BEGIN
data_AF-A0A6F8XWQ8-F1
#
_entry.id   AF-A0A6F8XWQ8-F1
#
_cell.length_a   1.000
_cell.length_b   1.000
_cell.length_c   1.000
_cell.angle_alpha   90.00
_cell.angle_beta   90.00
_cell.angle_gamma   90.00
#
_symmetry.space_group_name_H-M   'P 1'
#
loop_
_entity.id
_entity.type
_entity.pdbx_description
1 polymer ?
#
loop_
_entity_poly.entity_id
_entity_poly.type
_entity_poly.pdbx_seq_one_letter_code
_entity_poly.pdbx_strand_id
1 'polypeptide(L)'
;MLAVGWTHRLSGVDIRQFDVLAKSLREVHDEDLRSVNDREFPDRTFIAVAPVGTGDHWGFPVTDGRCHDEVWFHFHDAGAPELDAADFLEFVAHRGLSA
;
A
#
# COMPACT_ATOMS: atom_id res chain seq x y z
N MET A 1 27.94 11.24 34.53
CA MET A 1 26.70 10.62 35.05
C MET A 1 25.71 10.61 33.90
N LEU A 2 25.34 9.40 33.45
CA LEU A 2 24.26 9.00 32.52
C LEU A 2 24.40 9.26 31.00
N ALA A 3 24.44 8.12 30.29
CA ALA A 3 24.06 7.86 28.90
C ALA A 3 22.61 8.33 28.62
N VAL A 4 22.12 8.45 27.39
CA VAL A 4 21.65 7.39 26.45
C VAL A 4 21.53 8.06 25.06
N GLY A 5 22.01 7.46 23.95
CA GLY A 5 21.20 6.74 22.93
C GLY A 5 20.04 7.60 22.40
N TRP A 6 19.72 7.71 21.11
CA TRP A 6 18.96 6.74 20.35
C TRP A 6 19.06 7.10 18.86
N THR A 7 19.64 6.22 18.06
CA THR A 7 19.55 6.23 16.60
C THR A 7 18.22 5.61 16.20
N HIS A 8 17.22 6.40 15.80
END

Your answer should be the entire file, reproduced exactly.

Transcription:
data_AF-A0A6F8XWQ8-F1
#
_entry.id   AF-A0A6F8XWQ8-F1
#
_cell.length_a   1.000
_cell.length_b   1.000
_cell.length_c   1.000
_cell.angle_alpha   90.00
_cell.angle_beta   90.00
_cell.angle_gamma   90.00
#
_symmetry.space_group_name_H-M   'P 1'
#
loop_
_entity.id
_entity.type
_entity.pdbx_description
1 polymer ?
#
loop_
_entity_poly.entity_id
_entity_poly.type
_entity_poly.pdbx_seq_one_letter_code
_entity_poly.pdbx_strand_id
1 'polypeptide(L)'
;MLAVGWTHRLSGVDIRQFDVLAKSLREVHDEDLRSVNDREFPDRTFIAVAPVGTGDHWGFPVTDGRCHDEVWFHFHDAGAPELDAADFLEFVAHRGLSA
;
A
#
# COMPACT_ATOMS: atom_id res chain seq x y z
N MET A 1 27.94 11.24 34.53
CA MET A 1 26.70 10.62 35.05
C MET A 1 25.71 10.61 33.90
N LEU A 2 25.34 9.40 33.45
CA LEU A 2 24.26 9.00 32.52
C LEU A 2 24.40 9.26 31.00
N ALA A 3 24.44 8.12 30.29
CA ALA A 3 24.06 7.86 28.90
C ALA A 3 22.61 8.33 28.62
N VAL A 4 22.12 8.45 27.39
CA VAL A 4 21.65 7.39 26.45
C VAL A 4 21.53 8.06 25.06
N GLY A 5 22.01 7.46 23.95
CA GLY A 5 21.20 6.74 22.93
C GLY A 5 20.04 7.60 22.40
N TRP A 6 19.72 7.71 21.11
CA TRP A 6 18.96 6.74 20.35
C TRP A 6 19.06 7.10 18.86
N THR A 7 19.64 6.22 18.06
CA THR A 7 19.55 6.23 16.60
C THR A 7 18.22 5.61 16.20
N HIS A 8 17.22 6.40 15.80